At CEPS Lab, politicians and leaders gathered to debate the future of Europe post-Brexit. What they found was a host of new challengesby Marie Le Conte / March 1, 2018 / Leave a comment
There is a fine line between competence and complacency, and it is not always clear when Jean-Claude Juncker crosses it.
The president of the EU Commission was the star guest of CEPS Labs, a conference on the future of Europe which took place in Brussels last week, and while his speech was largely uncontroversial, his contempt for the audience afterwards was barely concealed.
He frequently gave one-word answers to questions. Occasionally, he told audience members with earnest queries that they were simply wrong.
One of the cherries on the arrogant cake came in response to a question on—what else?—Brexit.
Mete Coban, a fresh faced 25-year old Brit, stood up and asked: “given young people overwhelmingly voted to remain and want to maintain close relationship with EU, what message would you send to them?”
Irascible, Juncker shot back: “It would have been better for the British and for the Europeans if they had taken another decision.” Next.
Yet on this point at least, his visible annoyance felt partly justified: the conference was about what the continent should do next, and for most in the bubble, the UK has little to do with it.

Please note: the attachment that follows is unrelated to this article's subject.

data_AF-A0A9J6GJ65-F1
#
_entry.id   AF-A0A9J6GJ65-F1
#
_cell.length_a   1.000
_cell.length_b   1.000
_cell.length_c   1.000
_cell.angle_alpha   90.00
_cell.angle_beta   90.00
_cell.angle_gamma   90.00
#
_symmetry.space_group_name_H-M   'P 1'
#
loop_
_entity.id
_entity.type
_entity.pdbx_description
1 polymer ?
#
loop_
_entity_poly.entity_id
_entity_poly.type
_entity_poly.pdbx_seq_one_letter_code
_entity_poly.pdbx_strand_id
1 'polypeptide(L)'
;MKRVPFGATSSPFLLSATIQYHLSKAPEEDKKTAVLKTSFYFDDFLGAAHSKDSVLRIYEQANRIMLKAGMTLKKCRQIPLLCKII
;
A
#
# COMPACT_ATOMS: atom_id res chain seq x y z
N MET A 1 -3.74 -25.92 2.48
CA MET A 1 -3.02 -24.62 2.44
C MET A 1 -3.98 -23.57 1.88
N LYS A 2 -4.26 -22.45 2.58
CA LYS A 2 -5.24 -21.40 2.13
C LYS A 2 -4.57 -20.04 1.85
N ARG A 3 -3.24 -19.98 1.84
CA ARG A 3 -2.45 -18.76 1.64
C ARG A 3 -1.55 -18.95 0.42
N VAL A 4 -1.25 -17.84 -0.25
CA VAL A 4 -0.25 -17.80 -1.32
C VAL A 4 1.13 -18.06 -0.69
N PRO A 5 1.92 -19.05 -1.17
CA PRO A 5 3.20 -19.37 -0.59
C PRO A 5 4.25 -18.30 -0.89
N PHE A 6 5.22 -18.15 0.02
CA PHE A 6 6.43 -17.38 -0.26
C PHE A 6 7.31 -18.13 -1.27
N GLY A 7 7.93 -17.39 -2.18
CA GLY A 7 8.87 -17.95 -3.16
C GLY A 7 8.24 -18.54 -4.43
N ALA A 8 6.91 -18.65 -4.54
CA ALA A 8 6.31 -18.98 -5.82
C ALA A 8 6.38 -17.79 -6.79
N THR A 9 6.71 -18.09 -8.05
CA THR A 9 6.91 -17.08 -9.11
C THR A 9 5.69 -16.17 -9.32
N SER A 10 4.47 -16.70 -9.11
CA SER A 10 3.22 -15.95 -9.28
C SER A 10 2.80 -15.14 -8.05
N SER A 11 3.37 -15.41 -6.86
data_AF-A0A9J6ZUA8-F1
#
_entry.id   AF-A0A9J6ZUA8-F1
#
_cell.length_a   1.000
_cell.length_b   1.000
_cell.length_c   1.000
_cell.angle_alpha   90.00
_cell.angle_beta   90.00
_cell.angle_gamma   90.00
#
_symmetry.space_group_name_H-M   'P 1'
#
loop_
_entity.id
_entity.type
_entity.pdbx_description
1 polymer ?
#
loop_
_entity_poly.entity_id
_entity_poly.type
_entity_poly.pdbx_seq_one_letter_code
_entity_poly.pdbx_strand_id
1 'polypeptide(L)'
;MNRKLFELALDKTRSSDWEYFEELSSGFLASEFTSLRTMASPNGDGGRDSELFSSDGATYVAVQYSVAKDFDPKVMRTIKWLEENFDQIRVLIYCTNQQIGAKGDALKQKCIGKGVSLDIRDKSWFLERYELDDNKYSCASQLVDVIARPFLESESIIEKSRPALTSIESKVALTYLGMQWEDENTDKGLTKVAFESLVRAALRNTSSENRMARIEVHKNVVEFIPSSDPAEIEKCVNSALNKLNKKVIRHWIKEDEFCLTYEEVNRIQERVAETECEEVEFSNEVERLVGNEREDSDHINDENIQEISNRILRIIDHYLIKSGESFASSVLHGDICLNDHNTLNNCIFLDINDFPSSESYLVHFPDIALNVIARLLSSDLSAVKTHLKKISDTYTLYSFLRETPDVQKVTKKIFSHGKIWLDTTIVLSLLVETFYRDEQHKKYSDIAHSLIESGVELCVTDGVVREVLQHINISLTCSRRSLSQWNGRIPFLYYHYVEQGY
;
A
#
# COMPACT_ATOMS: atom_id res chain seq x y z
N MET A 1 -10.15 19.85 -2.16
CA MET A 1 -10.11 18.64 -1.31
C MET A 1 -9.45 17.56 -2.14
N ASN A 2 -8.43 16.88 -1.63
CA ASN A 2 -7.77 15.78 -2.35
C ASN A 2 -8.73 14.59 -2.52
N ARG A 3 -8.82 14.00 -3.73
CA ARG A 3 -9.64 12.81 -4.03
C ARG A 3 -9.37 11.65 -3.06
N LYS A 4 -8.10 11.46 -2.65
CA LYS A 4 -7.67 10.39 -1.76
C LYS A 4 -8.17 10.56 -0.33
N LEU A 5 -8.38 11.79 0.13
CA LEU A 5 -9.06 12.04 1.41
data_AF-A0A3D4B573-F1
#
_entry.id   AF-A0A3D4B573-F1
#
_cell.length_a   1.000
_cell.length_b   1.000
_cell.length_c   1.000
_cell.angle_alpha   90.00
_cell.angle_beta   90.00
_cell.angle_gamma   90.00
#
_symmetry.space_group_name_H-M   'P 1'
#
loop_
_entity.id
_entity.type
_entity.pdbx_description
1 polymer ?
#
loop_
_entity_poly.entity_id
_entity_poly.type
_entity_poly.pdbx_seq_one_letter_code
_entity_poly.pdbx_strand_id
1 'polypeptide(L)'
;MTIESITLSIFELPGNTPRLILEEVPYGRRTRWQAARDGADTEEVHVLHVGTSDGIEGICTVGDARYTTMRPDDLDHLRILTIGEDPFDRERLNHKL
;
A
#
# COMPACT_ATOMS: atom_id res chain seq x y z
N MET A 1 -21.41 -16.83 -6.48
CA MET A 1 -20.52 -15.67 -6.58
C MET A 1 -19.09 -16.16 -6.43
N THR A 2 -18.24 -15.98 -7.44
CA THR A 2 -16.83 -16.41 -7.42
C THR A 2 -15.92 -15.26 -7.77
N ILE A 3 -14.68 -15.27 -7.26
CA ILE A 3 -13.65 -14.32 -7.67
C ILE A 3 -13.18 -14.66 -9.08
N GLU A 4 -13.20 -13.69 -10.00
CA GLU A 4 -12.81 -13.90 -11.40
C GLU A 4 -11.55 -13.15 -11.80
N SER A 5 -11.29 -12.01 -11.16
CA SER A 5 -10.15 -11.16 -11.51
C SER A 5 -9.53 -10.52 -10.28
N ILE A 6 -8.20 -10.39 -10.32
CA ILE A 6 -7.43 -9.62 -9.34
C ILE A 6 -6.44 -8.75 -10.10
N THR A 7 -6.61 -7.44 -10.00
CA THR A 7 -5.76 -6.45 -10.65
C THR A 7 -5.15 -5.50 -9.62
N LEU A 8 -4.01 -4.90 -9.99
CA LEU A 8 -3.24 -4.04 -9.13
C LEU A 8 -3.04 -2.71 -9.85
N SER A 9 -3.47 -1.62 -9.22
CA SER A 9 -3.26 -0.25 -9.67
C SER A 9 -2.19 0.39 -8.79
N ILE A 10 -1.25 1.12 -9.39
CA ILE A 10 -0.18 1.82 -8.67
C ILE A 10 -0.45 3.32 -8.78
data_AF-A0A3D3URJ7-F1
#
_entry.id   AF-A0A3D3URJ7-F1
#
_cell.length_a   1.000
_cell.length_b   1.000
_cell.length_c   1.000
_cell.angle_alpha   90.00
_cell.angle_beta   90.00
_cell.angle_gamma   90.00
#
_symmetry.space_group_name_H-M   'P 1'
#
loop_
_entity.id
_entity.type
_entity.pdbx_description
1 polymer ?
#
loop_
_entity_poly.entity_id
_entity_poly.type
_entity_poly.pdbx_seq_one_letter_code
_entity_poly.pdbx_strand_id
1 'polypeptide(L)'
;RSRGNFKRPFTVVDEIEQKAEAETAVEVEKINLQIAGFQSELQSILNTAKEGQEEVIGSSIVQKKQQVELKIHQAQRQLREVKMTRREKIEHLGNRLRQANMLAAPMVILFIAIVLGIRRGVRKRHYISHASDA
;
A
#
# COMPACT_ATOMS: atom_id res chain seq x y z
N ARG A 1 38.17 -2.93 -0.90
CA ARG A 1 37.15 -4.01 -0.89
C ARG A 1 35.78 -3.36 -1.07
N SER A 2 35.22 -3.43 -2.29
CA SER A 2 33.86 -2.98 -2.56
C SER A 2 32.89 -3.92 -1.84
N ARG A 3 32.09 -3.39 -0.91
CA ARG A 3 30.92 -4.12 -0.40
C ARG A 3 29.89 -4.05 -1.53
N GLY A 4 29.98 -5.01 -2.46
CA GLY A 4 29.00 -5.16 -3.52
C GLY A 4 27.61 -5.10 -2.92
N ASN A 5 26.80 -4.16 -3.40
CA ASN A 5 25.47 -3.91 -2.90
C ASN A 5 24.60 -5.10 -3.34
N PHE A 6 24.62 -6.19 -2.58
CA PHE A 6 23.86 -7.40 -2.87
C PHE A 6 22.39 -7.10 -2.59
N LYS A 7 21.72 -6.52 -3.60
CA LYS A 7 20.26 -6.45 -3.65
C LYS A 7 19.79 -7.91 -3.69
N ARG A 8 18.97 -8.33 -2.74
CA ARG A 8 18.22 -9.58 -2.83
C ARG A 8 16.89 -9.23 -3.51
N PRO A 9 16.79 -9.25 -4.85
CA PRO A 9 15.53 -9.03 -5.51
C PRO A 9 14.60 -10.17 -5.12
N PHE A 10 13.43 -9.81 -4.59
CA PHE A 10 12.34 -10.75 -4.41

So, what now? A comparison between the conference’s recent titles shows that this year, there was at least an optimistic theme.
In 2014, the Centre for European Policy Studies launched the event and used “Does Europe Matter?” as a tagline. 2015’s slogan was the equally reluctant “More or less Europe?”
2016 was hardly more positive, asking “An EU fit for purpose?”, but last year’s started cautiously putting its head back above the parapet, with “Reconstructing Europe”.
In this context, 2018’s “Europe Back On Track” suggests at least an attempt at optimism: in spite of Juncker’s dismissiveness, Brexit was seen as one of the disasters the EU could now leave behind.
The rise of the EU
It started off well: in the first session of the two-day conference, CEO of—among other things—polling company Kantar Michelle Harrison told the audience exactly what they wanted to hear, in the form of research her team had conducted on the EU.
“The latest figures from last year show that the level of positivity has moved back to 57 per cent so overall that’s a fantastically…